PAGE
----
Editorial: Kudos to Terri Bryant: A Brave but Politically Dangerous Budget Vote

Editorial: Kudos to Terri Bryant:  A Brave but Politically Dangerous Budget Vote
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It’s a long way to 2018, and a lot can happen before then, but Terri Bryant probably earned reelecti
Chris Wissmann

It’s a long way to 2018, and a lot can happen before then, but Terri Bryant probably earned reelection last week when she crossed party lines to vote not only for a state budget but for the tax increase necessary to pay for it. (Technically, the votes came on three bills.) Then she voted with the majority of the legislature to override Gov. Bruce Rauner’s vetoes.

For the last two years, the Republican governor refused to sign a budget until the General Assembly first passed his so-called Turnaround Agenda, which the legislature, controlled by Democrats, was never going to okay. Key components of the Turnaround Agenda include curtailing union rights (a Democratic nonstarter), steep pension cuts (which probably are unconstitutional), and term limits (which even Republicans, at least long-serving ones, undoubtedly oppose).

To raise money, the state and its various components, like SIU, can issue bonds, which often incur lower interest rates than bank loans. But because of the budget stalemate and mounting state debt that resulted, rating agencies were about to rate those bonds as junk, which would have caused their interest rates to jump, costing the state millions.

Lord knows how many smaller businesses and not-for-profits that did business with the state have quietly suffered, along with their employees, from the fiscal chokehold that resulted from two years without a state budget. Some have not been paid at all during that time. But the situation caused SIU, the largest employer in Bryant’s district, to publicly lay off employees as a result of lost state funding. Things at SIU would have looked considerably more dire had Illinois gone a third year without a budget, and the severe economic aftershocks would have cascaded throughout the region.

Illinois was even forced to halt the sale of multistate Mega Millions and Powerball lottery tickets because it couldn’t afford to contribute to the jackpots.

Voters can certainly lambast the Republican state representative from District 115 for taking too long to locate her courage— despite the damage the budget deadlock caused to her district, Bryant stayed in lockstep with Rauner during her entire first legislative term.

As she prepared to vote last week, however, Bryant laid out her conservative bona fides. Conservatives hate taxes, she said, and one of the bills on which she voted yes raised Illinois’s individual income-tax rates from 3.75 percent to 4.95 percent and the corporate rate from 5.25 percent to seven percent.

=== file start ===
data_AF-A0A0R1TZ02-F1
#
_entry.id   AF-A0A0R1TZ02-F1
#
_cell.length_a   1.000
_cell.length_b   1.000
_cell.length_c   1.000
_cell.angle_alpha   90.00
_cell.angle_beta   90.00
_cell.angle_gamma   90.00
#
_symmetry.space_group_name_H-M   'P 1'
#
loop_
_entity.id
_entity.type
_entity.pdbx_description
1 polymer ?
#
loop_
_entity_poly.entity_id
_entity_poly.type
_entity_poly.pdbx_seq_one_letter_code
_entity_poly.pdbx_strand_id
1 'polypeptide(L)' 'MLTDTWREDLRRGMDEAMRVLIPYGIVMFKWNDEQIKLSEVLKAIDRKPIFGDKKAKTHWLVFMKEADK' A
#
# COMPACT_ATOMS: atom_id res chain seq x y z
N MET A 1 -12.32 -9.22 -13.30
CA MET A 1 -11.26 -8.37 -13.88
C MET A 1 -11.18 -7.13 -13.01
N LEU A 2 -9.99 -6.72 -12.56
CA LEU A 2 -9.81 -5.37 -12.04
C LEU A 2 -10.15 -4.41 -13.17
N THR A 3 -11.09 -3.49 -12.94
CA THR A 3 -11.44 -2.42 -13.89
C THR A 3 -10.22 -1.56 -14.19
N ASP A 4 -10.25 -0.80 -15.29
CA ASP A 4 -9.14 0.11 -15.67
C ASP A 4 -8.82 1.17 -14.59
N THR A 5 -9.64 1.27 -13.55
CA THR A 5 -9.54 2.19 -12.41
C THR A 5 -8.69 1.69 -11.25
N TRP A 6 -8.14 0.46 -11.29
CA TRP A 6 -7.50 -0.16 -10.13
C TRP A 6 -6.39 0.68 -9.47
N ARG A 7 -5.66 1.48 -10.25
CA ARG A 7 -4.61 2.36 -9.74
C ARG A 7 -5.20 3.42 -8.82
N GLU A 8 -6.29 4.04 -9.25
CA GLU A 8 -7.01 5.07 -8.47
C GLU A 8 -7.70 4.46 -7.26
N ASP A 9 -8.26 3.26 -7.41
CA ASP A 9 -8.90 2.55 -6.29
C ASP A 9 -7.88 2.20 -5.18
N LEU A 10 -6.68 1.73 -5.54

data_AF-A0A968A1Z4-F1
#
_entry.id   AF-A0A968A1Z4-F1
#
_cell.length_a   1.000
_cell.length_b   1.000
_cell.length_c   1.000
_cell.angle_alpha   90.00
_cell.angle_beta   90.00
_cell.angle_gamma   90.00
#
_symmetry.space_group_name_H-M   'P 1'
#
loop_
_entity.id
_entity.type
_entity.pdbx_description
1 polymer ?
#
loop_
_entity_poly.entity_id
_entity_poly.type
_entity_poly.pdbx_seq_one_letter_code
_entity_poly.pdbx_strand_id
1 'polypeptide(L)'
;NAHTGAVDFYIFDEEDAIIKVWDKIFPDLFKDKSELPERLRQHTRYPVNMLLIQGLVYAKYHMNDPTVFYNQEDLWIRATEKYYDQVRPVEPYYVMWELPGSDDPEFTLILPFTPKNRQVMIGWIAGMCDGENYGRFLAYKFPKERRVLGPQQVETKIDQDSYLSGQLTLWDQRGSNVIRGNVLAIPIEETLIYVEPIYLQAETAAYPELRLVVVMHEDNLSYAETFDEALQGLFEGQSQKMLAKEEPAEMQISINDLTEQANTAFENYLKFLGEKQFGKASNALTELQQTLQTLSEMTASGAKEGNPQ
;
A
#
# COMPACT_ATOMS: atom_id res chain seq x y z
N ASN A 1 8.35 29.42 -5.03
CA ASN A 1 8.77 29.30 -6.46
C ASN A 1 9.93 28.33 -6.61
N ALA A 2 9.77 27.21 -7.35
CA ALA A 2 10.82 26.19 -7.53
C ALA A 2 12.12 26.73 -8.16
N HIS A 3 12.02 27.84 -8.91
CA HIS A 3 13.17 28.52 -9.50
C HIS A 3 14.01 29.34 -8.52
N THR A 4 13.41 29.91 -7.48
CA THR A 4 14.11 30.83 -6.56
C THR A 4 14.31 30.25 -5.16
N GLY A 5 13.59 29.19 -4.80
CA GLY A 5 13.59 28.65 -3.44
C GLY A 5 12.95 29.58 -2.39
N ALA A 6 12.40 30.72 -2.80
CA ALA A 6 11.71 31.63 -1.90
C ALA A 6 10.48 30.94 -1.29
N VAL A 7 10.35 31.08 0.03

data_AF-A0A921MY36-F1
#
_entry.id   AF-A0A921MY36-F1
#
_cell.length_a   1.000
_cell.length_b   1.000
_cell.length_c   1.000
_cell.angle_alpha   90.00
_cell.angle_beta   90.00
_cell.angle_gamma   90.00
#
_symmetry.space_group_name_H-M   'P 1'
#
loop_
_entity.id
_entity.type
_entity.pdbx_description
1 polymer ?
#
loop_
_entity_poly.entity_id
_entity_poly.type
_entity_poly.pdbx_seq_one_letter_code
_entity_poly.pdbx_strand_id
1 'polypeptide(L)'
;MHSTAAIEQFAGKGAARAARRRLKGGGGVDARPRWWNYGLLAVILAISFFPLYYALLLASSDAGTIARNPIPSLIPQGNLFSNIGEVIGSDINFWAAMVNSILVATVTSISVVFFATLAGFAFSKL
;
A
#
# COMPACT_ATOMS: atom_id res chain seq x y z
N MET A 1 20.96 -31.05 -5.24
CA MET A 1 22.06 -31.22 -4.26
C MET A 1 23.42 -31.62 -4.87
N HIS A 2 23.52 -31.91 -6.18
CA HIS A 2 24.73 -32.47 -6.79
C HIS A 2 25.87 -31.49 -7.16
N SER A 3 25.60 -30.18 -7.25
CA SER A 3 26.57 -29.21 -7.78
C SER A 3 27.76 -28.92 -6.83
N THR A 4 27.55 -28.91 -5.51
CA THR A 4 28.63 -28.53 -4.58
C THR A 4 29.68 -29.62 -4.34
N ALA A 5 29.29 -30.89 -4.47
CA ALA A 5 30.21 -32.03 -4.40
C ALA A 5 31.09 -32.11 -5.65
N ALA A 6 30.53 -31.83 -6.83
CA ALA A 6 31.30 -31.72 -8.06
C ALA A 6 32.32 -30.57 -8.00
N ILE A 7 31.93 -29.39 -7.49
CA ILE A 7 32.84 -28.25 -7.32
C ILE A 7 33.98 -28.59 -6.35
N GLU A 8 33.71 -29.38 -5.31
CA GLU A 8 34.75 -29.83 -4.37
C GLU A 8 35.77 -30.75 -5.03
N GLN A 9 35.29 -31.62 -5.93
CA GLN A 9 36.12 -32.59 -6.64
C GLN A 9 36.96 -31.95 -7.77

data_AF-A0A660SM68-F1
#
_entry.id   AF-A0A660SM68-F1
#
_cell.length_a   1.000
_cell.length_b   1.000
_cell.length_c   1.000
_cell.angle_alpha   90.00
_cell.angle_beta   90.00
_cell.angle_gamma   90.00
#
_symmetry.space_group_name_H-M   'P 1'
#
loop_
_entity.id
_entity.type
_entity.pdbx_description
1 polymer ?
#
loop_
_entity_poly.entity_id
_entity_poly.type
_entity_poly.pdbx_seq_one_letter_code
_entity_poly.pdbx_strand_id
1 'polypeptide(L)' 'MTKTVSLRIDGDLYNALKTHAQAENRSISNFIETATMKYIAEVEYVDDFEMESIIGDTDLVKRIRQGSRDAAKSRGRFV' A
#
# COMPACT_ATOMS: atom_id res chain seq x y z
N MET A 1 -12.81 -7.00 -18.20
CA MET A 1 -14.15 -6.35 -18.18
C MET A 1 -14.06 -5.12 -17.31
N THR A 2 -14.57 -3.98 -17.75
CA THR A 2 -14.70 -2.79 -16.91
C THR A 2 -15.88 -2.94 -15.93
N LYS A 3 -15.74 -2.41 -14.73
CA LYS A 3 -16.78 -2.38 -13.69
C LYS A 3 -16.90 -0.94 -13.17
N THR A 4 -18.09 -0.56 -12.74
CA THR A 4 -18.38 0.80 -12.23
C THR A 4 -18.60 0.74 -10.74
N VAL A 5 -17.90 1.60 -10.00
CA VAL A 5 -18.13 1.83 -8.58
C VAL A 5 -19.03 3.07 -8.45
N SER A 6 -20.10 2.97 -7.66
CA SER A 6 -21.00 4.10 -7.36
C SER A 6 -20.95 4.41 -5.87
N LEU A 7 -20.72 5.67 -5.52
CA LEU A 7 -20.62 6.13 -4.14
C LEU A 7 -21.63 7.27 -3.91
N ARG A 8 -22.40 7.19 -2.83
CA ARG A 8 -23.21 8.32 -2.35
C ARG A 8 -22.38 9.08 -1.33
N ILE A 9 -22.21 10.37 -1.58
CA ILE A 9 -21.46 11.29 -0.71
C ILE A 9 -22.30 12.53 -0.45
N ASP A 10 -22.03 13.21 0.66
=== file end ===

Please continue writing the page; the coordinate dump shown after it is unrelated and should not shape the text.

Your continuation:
“It will hurt small business to do this,” Bryant said. “But I also think it hurts small business when we ask them to do business with the state and then we don’t pay them.”

Moreover, the legislation increased the earned-income tax credit, so many low-income voters might not even notice the new tax rate.

Corporations and individuals who itemize their deductions, meanwhile, can deduct their state income taxes from their federal taxes— they might not notice the tax increase, either.

But they will recognize the results of a stable, functioning state government— whose schools open and operate, whose roads get paved, whose police show up when they’re called, whose parks are not shut down, and whose Medicaid bills get paid. Of course, it’s up to Bryant and her colleagues to connect those things that voters consistently tell pollsters they want with the tax increase required to pay for them.

Meanwhile, conservatives have pounced, something Bryant predicted. “I know, I’m probably going to get primaried on this,” she told the General Assembly.

She won’t be alone. On the tax cut, ten house Republicans slipped Rauner’s leash and voted to override the veto. (Of course, maybe Rauner let them go. There’s a conspiracy theory that Rauner wanted to have his cake and eat it too: Rauner, along with the handful of legislators who voted for the budget but against the tax increase, was trying to derive the benefits of a functional state government while railing against an unpopular tax increase needed to pay for government operations.)

Voters respond to, and thus elected officials face, any number of hot-button issues— abortion, gun control, environmental protection, et cetera. For the record, this writer disagrees with Bryant on nearly all of them. But right now, the signature issue of this legislative session and Bryant’s ongoing term of office was whether the state of Illinois would operate at all. And if Bryant’s vote is immediately unpopular, history should judge it kindly— though that verdict may not arrive in time for either the 2018 primary or election.


It better. If Republicans and conservatives treat her vote as an act of betrayal and try to end her political career, Bryant will need to rely on Democrats and liberals to prevent her act of courage from turning into political martyrdom.